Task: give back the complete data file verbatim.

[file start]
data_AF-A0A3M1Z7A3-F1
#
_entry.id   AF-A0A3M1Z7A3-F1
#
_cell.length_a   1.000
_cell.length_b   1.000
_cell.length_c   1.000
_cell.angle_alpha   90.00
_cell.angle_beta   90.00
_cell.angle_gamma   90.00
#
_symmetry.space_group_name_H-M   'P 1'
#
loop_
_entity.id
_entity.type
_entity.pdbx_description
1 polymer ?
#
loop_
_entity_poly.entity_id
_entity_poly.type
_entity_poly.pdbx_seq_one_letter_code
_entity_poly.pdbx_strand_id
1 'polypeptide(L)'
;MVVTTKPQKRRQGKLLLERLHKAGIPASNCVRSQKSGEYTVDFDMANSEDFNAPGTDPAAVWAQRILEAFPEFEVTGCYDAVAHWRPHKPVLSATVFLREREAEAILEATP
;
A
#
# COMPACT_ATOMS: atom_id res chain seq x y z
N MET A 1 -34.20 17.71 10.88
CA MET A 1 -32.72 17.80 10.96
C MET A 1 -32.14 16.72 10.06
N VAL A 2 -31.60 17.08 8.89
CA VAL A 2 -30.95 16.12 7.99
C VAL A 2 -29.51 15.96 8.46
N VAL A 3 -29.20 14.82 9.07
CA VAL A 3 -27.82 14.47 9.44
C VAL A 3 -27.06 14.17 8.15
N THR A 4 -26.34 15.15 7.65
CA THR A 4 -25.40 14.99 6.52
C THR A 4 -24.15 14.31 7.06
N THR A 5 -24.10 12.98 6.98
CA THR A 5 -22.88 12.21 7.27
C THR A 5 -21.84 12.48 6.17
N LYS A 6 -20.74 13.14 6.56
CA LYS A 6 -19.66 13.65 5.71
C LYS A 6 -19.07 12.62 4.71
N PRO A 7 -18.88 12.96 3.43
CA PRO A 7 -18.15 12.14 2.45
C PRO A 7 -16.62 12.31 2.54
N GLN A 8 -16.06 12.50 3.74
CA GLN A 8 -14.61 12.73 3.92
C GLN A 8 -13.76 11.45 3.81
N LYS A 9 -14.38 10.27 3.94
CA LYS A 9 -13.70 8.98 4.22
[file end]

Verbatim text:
data_AF-A0A3M1Z7A3-F1
#
_entry.id   AF-A0A3M1Z7A3-F1
#
_cell.length_a   1.000
_cell.length_b   1.000
_cell.length_c   1.000
_cell.angle_alpha   90.00
_cell.angle_beta   90.00
_cell.angle_gamma   90.00
#
_symmetry.space_group_name_H-M   'P 1'
#
loop_
_entity.id
_entity.type
_entity.pdbx_description
1 polymer ?
#
loop_
_entity_poly.entity_id
_entity_poly.type
_entity_poly.pdbx_seq_one_letter_code
_entity_poly.pdbx_strand_id
1 'polypeptide(L)'
;MVVTTKPQKRRQGKLLLERLHKAGIPASNCVRSQKSGEYTVDFDMANSEDFNAPGTDPAAVWAQRILEAFPEFEVTGCYDAVAHWRPHKPVLSATVFLREREAEAILEATP
;
A
#
# COMPACT_ATOMS: atom_id res chain seq x y z
N MET A 1 -34.20 17.71 10.88
CA MET A 1 -32.72 17.80 10.96
C MET A 1 -32.14 16.72 10.06
N VAL A 2 -31.60 17.08 8.89
CA VAL A 2 -30.95 16.12 7.99
C VAL A 2 -29.51 15.96 8.46
N VAL A 3 -29.20 14.82 9.07
CA VAL A 3 -27.82 14.47 9.44
C VAL A 3 -27.06 14.17 8.15
N THR A 4 -26.34 15.15 7.65
CA THR A 4 -25.40 14.99 6.52
C THR A 4 -24.15 14.31 7.06
N THR A 5 -24.10 12.98 6.98
CA THR A 5 -22.88 12.21 7.27
C THR A 5 -21.84 12.48 6.17
N LYS A 6 -20.74 13.14 6.56
CA LYS A 6 -19.66 13.65 5.71
C LYS A 6 -19.07 12.62 4.71
N PRO A 7 -18.88 12.96 3.43
CA PRO A 7 -18.15 12.14 2.45
C PRO A 7 -16.62 12.31 2.54
N GLN A 8 -16.06 12.50 3.74
CA GLN A 8 -14.61 12.73 3.92
C GLN A 8 -13.76 11.45 3.81
N LYS A 9 -14.38 10.27 3.94
CA LYS A 9 -13.70 8.98 4.22